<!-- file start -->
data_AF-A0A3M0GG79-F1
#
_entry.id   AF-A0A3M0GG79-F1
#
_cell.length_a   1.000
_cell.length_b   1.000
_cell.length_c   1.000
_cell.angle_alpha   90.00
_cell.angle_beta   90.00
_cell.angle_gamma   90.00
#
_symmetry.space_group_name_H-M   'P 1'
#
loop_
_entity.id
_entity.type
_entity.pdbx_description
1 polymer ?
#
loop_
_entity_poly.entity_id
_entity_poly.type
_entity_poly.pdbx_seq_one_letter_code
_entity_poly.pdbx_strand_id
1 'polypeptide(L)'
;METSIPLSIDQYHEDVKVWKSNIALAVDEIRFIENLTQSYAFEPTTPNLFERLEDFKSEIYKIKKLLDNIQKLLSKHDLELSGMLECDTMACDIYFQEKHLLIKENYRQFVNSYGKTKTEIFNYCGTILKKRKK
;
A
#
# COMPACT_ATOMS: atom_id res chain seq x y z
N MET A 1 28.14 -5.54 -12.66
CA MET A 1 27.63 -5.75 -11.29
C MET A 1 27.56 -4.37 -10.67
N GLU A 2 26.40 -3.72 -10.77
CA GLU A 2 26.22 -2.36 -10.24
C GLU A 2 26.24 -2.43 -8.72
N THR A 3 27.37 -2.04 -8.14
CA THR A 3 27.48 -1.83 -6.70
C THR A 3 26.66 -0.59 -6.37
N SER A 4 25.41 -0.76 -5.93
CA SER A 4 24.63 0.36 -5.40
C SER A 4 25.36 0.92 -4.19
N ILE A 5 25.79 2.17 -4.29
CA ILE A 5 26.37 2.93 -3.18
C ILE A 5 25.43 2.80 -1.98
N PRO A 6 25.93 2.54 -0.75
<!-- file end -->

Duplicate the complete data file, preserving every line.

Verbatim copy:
data_AF-A0A3M0GG79-F1
#
_entry.id   AF-A0A3M0GG79-F1
#
_cell.length_a   1.000
_cell.length_b   1.000
_cell.length_c   1.000
_cell.angle_alpha   90.00
_cell.angle_beta   90.00
_cell.angle_gamma   90.00
#
_symmetry.space_group_name_H-M   'P 1'
#
loop_
_entity.id
_entity.type
_entity.pdbx_description
1 polymer ?
#
loop_
_entity_poly.entity_id
_entity_poly.type
_entity_poly.pdbx_seq_one_letter_code
_entity_poly.pdbx_strand_id
1 'polypeptide(L)'
;METSIPLSIDQYHEDVKVWKSNIALAVDEIRFIENLTQSYAFEPTTPNLFERLEDFKSEIYKIKKLLDNIQKLLSKHDLELSGMLECDTMACDIYFQEKHLLIKENYRQFVNSYGKTKTEIFNYCGTILKKRKK
;
A
#
# COMPACT_ATOMS: atom_id res chain seq x y z
N MET A 1 28.14 -5.54 -12.66
CA MET A 1 27.63 -5.75 -11.29
C MET A 1 27.56 -4.37 -10.67
N GLU A 2 26.40 -3.72 -10.77
CA GLU A 2 26.22 -2.36 -10.24
C GLU A 2 26.24 -2.43 -8.72
N THR A 3 27.37 -2.04 -8.14
CA THR A 3 27.48 -1.83 -6.70
C THR A 3 26.66 -0.59 -6.37
N SER A 4 25.41 -0.76 -5.93
CA SER A 4 24.63 0.36 -5.40
C SER A 4 25.36 0.92 -4.19
N ILE A 5 25.79 2.17 -4.29
CA ILE A 5 26.37 2.93 -3.18
C ILE A 5 25.43 2.80 -1.98
N PRO A 6 25.93 2.54 -0.75